Sutherland's Rules: Love, loyalty, dope smuggling Paperback – November 29, 2013
"Regretting You" by Colleen Hoover
From New York Times bestselling author of It Ends with Us comes a novel about family, first love, grief, and betrayal that will touch the hearts of both mothers and daughters. | Learn more
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- Item Weight : 11.5 ounces
- Paperback : 240 pages
- Product dimensions : 6 x 0.55 x 9 inches
- ISBN-13 : 978-0983731344
- Publisher : Dario Ciriello DBA Panverse Publishing (November 29, 2013)
- Language: : English
- Best Sellers Rank: #5,325,372 in Books (See Top 100 in Books)
- Customer Reviews:
Top reviews from the United States
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Other stars include Khan and Vlado, hot on Billy's trail. In a society without privacy, pulling off an amateur drug transport is a dicey business, but while Billy has a little extra up his sleeve, he isn't counting on a couple of marginalized border police who would like nothing better than to move on from busting cigarette smugglers and get back to the big time.
Of course, these two parties are on a collision course, and watching Ciriello work the nuances of this is particularly enjoyable.
The main character, however, is Christian. Christian and Billy go way back, but Christian has ended up running a small, successful company. Christian's wife Carol, joins in for the second half of the book.
I found myself wanting a little more from Christian and Carol: Perhaps something more at stake than a mid-life adventure; perhaps a more active participation in Billy's plan.
Sutherland's Rules returns to a common theme of nostalgia for a more freewheeling time, an open society, a world in which adventure is possible. The stifling effects of loss of privacy, government regulation, corporate influence are a recurring topic. Within this theme, Christian and Billy's Afghan-to-Netherlands-to-UK hash caper is a good, fun, gripping tale to contrast the "good old days" of a classic LeCarre with the networked, data-mined, comprehensively surveilled society we have found ourselves in.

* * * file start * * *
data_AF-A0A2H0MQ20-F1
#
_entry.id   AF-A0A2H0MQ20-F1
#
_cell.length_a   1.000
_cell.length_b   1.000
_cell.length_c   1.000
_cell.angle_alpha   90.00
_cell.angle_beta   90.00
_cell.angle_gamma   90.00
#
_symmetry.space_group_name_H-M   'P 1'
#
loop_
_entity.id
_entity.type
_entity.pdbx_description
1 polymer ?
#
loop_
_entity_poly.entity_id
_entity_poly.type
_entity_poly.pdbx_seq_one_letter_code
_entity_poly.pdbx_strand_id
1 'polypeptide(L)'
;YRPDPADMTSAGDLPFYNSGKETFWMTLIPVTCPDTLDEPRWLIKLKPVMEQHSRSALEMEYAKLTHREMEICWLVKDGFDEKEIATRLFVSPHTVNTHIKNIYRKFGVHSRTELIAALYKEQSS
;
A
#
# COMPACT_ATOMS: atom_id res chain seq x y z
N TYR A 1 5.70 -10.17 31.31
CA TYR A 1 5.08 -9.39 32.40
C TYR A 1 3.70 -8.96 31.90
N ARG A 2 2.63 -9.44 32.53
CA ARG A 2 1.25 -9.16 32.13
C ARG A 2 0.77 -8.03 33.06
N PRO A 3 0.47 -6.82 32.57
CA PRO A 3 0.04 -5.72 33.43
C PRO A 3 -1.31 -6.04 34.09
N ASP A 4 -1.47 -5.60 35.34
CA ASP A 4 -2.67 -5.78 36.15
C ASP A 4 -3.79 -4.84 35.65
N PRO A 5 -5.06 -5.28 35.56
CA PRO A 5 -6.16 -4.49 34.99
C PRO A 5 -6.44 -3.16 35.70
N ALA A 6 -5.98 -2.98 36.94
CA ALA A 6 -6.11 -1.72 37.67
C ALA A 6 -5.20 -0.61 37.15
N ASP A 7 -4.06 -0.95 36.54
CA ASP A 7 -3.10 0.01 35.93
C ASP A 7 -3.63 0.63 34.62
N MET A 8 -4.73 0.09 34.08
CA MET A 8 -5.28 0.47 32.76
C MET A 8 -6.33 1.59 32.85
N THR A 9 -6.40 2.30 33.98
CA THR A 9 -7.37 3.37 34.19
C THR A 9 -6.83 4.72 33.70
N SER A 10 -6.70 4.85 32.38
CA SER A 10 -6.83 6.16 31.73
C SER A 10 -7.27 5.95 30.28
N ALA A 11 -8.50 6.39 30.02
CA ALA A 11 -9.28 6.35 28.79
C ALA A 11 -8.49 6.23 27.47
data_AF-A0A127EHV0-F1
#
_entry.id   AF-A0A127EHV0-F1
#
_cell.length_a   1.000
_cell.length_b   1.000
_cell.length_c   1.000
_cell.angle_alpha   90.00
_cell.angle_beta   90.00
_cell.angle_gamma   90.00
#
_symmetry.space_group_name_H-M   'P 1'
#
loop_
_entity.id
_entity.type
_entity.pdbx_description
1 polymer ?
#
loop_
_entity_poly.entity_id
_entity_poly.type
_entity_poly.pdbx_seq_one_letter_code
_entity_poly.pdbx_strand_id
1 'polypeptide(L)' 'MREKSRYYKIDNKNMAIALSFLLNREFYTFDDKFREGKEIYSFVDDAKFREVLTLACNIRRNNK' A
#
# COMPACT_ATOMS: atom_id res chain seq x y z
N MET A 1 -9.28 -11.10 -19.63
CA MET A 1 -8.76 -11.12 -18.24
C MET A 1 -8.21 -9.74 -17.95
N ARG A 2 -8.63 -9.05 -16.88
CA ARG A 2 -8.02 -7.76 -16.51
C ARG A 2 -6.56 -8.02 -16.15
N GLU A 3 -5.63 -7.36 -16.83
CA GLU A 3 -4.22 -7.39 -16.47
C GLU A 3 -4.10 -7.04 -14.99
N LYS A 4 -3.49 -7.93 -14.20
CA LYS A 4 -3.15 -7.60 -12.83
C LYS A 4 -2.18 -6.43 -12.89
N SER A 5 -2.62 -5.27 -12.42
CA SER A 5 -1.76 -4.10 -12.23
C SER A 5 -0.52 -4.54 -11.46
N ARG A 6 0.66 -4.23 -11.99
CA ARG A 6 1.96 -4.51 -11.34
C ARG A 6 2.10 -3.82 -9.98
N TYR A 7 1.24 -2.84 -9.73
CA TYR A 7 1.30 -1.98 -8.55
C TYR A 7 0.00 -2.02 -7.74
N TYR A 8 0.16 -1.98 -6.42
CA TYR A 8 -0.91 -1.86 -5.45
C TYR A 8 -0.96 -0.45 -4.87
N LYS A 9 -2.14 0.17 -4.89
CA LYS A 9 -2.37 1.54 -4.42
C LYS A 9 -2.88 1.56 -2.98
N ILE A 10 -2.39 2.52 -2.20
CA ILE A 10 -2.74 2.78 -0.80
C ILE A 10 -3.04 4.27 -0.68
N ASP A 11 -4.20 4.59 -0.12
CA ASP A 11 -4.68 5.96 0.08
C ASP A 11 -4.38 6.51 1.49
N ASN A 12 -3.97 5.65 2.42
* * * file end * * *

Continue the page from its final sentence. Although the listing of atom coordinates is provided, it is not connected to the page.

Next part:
A final, notable element to this story is a light sci-fi theme. Ciriello does not dive in deep on this one, but Billy's ace in the hole is the ability to observe inflection points and push the outcome just so, just enough to fall in his favor. Again, watching the world through Billy's fully-engaged eyes, experiencing these inflection points, was the books greatest strength.
There were a few moments where I needed to put the book down and reflect on western society and the absolute obliteration of privacy for the sake of “safety.” Sadly, this is another topic that has become polarized or brushed aside with a misguidedly pragmatic wave of the palm and an “if you’re not doing anything wrong, then you don’t have anything to worry about.” But in a democracy, it is not okay for voters to simply say, “Well, that’s the law…” It is imperative for the citizenry to critically think about the laws our elected officials are passing and ensure that they are aligned with our values and goals as a people. So when Christian or Billy become outraged over mass surveillance or drug testing, you can feel a palpable sense of what have lost…no, not what we’ve lost—what we have given away.
In this way, the character of Christian is, in many ways, a stand-in for our complacency in the name of comfort. And through his journey we can understand that “comfort” is an illusion that can be whisked away at any moment and that we only feel truly alive when we are uncomfortable. The touch of the fantastic in the novel is a poignant reminder that the universe (or perhaps better said, the multiverse) is immense and mysterious, and despite all of our technology, dogged investigation and prohibitions, we can no sooner control it than we can control our own hearts.
This is a must-read. Dario Ciriello is a talent the world needs.
Top reviews from other countries
The doubts and complicated motives of the main characters and the convincing descriptions during the Afghan scenes give a sense of detail and reality which lift it above the level of story alone. What a shame the plot rules out any kind of sequel. (a prequel perhaps?, or even some new characters featuring in a "dope opera"}.
A compulsive "page turner", or should that now be "screen stroker"?
Instead we get two slightly over the hill old friends setting out to smuggle a large cache of high quality hash from Afghanistan- purely for personel consumption.
The story cracks along nicely, the plotting is spot on, there are some clever twists, the characters are well drawn and the relationships between them delightfully lacking in cliche.
An excellent read that left me wanting more.
I loved this book, throughout reading it, I had no clue what was going to happen next, the characters had character, the locations not 'over-described ' , I really felt I was there with them, rooting for them and their interesting and illegal (BIG TIME) plans!
I'm sure it's obvious, I would recommend this to a friend.